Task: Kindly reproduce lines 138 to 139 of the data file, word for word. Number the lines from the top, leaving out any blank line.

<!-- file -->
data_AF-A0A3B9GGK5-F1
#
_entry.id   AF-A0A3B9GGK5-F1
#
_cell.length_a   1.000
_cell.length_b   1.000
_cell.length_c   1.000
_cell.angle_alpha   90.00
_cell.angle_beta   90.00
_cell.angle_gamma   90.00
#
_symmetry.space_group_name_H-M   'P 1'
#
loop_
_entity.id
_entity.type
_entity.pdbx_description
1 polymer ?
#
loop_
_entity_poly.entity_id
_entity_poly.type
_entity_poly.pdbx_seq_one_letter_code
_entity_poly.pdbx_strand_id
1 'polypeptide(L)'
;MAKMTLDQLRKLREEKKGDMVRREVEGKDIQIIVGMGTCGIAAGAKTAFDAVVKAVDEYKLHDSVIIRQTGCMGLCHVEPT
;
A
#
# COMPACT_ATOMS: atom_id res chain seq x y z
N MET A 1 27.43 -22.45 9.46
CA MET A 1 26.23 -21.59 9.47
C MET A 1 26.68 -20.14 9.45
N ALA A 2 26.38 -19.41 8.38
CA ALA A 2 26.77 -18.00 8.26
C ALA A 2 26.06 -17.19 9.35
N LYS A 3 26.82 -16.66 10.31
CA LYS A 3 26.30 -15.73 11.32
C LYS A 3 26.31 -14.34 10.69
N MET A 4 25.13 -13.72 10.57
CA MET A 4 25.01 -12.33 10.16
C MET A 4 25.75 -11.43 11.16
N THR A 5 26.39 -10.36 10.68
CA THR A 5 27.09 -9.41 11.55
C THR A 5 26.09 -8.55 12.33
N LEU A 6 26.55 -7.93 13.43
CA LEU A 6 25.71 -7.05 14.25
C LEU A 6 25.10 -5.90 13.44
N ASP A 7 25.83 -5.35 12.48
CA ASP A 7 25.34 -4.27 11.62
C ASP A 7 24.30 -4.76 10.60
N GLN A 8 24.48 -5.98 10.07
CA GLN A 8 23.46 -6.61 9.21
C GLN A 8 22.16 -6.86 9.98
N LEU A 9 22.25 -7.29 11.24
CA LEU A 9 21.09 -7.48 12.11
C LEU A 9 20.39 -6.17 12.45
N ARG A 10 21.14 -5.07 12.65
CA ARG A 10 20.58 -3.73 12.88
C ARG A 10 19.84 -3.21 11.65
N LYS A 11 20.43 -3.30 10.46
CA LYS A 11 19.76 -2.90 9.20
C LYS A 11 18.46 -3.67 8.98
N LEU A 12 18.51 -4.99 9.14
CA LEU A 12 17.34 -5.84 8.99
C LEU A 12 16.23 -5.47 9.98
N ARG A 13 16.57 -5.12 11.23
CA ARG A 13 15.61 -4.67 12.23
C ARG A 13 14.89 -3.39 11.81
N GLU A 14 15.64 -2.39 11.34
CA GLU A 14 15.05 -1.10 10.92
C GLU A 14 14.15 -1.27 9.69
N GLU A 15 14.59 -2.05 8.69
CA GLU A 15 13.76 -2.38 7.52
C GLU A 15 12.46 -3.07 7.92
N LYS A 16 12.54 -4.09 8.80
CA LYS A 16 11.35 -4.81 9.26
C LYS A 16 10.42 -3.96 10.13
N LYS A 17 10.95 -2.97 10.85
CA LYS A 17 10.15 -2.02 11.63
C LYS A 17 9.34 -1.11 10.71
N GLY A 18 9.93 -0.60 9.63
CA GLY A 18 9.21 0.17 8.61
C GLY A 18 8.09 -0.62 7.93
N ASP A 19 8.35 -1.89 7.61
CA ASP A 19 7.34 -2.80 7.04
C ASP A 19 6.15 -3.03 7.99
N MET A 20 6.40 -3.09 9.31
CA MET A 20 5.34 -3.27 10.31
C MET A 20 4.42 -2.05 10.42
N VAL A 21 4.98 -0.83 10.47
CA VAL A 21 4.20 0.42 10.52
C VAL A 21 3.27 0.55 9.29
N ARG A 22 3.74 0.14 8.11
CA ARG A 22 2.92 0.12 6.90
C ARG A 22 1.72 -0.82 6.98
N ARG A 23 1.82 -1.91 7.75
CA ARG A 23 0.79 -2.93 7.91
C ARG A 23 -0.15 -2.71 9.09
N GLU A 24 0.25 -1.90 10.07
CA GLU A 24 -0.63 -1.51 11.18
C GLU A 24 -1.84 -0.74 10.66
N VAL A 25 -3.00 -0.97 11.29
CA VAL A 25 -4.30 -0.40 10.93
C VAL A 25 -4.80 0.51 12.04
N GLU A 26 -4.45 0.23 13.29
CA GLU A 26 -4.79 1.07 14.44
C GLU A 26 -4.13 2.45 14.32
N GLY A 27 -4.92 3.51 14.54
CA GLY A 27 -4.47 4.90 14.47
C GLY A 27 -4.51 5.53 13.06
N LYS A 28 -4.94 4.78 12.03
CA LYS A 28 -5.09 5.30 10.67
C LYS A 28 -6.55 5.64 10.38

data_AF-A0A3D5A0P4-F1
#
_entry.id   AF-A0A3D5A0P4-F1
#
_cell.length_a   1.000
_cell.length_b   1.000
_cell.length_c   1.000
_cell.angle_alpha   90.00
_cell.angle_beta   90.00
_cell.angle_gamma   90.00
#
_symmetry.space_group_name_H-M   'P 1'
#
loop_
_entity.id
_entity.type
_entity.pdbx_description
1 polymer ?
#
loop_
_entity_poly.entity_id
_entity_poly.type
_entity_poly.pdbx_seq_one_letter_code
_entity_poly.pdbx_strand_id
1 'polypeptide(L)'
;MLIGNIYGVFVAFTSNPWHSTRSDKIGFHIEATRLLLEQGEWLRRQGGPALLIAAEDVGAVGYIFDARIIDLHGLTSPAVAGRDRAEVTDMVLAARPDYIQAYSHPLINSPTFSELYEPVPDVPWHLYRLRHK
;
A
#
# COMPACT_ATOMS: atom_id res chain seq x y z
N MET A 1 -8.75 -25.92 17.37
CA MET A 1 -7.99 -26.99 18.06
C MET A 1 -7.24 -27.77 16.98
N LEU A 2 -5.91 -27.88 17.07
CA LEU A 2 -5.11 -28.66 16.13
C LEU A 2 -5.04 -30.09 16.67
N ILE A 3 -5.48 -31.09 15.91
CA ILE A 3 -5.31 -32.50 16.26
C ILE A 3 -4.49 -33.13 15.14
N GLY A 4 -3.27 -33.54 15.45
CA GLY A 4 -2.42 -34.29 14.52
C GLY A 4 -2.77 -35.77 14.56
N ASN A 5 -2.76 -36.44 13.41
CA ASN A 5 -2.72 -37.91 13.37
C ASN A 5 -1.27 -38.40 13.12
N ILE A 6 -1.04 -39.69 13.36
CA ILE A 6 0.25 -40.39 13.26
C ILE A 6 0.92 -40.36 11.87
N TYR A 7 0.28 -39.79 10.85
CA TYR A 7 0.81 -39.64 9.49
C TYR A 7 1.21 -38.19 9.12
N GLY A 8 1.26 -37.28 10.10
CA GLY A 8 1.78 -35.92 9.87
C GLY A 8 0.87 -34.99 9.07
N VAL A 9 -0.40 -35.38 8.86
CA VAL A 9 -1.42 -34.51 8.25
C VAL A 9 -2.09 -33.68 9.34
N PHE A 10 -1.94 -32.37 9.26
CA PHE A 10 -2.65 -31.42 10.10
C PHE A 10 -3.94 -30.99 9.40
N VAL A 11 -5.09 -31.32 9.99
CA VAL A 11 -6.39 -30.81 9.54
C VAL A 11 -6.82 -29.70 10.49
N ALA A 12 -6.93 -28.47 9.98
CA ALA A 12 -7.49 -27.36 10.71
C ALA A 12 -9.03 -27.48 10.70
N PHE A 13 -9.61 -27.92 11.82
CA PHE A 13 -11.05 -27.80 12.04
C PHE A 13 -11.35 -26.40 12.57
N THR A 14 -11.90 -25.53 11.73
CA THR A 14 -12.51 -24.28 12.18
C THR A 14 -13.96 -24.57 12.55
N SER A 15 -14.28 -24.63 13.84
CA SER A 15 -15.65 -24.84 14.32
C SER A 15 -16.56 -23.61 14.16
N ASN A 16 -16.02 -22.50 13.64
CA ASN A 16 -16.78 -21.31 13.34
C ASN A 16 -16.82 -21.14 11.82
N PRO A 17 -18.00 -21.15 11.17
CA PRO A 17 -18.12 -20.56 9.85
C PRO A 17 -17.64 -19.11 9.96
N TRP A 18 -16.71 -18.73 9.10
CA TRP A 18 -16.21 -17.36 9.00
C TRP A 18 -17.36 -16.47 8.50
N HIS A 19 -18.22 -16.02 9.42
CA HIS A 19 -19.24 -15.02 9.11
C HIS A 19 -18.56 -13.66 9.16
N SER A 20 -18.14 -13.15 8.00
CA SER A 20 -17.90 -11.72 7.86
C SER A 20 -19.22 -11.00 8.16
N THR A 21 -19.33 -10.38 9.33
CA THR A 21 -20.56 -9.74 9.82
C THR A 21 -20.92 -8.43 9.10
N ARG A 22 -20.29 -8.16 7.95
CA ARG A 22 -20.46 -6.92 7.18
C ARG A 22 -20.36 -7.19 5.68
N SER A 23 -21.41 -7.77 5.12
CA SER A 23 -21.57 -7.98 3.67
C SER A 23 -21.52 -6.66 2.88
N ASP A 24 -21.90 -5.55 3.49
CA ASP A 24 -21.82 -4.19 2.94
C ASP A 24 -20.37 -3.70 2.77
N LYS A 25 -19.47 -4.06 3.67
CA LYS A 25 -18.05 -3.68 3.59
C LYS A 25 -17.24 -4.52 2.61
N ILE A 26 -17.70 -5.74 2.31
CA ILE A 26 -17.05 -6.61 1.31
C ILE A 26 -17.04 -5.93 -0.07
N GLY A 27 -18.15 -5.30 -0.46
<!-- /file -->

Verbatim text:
_entity_poly.pdbx_strand_id
1 'polypeptide(L)'